Alston in spotlight

STEVE SIMMONS -- Toronto Sun

, Last Updated: 9:31 AM ET

Vince Carter wants out.

Rafer Alston has never felt so in.

Two sides of the professional sporting world found in one city, on one team.

Depending on the moment, the game, and the mood, for all his gifts, Carter will lack energy, enthusiasm and toughness.

Energy is part of what defines Alston and, when the NBA season begins for the Raptors tomorrow night, he greets this newfound opportunity -- not to mention riches -- with almost boyish optimism.

This is a tale of two basketball players chosen in the 1998 draft under differing circumstances -- one who became a star in just about his first minute in the league and one who has yet to get there.

Carter came in with the red-carpet treatment. He was given everything and for the past few years he has produced nothing but headlines, excuses and dismay.

Alston, until now, never has had a basketball place to call home. Seven teams in seven seasons. He played for the Idaho Stampede and the Mobile Rebellers in the CBA and in the NBDL.

In between, there was time in Milwaukee and Miami and a training camp stop in Golden State and the first time through in Toronto.

A long road for a playground legend. And boy, does that legend stuff get old real fast.

"You hope every place is going to be the one," Alston said yesterday. "Each stop I thought this is the place for me. You always feel like you've found your team."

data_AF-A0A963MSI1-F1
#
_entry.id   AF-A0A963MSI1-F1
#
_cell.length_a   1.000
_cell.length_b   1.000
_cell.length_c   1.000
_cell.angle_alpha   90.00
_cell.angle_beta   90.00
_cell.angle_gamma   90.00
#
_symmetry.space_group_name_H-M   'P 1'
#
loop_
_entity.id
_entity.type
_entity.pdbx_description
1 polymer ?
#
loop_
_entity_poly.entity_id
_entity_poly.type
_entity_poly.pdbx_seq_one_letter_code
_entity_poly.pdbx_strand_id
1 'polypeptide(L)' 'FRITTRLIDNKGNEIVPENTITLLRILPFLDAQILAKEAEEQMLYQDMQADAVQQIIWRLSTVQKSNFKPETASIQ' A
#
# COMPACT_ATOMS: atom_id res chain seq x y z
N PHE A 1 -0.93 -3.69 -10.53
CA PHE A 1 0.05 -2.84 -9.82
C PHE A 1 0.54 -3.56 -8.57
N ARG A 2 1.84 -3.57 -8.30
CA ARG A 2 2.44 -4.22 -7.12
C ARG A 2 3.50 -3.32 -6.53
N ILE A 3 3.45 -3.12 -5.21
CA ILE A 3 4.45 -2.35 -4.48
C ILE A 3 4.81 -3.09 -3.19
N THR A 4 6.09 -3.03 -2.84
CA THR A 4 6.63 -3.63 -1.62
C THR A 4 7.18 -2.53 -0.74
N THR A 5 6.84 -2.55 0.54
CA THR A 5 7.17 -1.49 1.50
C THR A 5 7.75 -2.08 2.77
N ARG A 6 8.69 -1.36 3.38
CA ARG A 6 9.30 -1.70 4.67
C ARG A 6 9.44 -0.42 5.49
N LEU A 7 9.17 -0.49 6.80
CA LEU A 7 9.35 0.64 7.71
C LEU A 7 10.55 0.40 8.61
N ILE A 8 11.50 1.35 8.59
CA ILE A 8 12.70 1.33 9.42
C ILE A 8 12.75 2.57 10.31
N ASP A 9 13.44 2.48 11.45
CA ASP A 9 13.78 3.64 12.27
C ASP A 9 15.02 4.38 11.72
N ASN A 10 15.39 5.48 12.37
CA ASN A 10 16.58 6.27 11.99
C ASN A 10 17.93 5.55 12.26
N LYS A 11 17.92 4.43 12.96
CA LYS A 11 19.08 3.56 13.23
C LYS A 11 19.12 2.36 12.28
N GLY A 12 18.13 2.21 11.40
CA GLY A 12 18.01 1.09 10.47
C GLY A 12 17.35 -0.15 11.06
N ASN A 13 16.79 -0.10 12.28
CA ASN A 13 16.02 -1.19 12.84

The very team that Vince Carter wants to be traded from is now Rafer Alston's team.

The first NBA chance in seven seasons for him to call himself a starting point guard.

He has what he has never had before.

Money.

Opportunity.

Security.

And a spot as the unquestionable starting point guard.

"All I ever wanted was a chance to play in the league that my idols played in," he said. "The money part, that's for my family, my son and my daughter, my mom, my sister, my brother. The money part to me is for them. I'm a survivor. I learned to live without it. I learn to live with it. Thing is, I just love the game of basketball."

It is far too easy, as another season of low expectations begins, to look at what the Raptors aren't instead of what they are.

Which is why you have to love the Alston story.

Sam Mitchell, the first-year coach, can relate. Nothing came easily for him. His route to a long playing career was almost as circuitous.

"I have a lot of respect for Rafer," Mitchell said.

"Everything he has, he deserves. We didn't give Rafer a contract, he earned it. We weren't the only team that wanted him. We feel fortunate to have been able to sign him."

The Raptors had Alston once on a series of 10-day contracts and let him go.

He was making nothing then, didn't own a car, would have stayed around on the cheap had anyone asked.

One season and one new management team later and Alston is now set for life and then some. All the legend has to do is play, which is all he has ever wanted to do.

"You hear playground player and some people sort of stereotype you as this or that," Rafer Alston said.

"People forget, 95% of players in this league learned the game in the same playgrounds I did and no one can say any different.

"This is my chance (to change that). This is where I want to be. This is where I want to play the rest of my career."


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